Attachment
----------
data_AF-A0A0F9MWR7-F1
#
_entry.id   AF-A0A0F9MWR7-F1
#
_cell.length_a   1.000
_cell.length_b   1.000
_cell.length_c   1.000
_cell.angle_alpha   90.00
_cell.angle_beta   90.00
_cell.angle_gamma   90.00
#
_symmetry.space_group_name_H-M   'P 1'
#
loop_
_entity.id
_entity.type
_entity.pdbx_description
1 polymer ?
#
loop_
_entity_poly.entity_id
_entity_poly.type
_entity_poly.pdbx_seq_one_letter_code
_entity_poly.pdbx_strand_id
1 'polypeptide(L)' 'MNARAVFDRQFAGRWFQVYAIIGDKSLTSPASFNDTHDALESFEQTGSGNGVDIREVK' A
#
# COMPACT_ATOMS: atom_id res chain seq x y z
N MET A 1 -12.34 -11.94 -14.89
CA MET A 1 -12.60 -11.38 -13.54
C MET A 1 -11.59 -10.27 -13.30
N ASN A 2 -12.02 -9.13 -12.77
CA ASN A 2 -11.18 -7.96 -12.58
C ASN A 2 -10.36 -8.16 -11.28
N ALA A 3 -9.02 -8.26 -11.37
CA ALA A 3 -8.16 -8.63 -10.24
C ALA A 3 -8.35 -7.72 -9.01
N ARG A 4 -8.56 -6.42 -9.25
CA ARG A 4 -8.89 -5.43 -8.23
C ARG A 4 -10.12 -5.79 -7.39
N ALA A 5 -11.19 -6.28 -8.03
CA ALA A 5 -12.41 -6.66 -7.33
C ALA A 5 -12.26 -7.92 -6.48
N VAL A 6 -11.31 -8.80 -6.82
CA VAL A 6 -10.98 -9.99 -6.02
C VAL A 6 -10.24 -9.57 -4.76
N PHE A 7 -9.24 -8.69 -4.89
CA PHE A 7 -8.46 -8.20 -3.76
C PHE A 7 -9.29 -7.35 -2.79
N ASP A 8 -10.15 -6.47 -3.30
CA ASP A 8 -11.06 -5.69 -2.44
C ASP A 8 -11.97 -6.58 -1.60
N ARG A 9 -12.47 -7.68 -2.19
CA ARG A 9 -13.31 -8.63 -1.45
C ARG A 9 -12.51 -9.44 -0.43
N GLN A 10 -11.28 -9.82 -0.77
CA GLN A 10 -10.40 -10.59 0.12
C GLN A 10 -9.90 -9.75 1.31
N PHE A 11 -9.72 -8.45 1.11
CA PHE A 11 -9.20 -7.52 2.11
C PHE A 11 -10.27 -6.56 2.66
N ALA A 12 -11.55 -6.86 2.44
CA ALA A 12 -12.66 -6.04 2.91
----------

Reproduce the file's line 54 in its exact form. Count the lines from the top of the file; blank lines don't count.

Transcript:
C ARG A 9 -12.51 -9.44 -0.43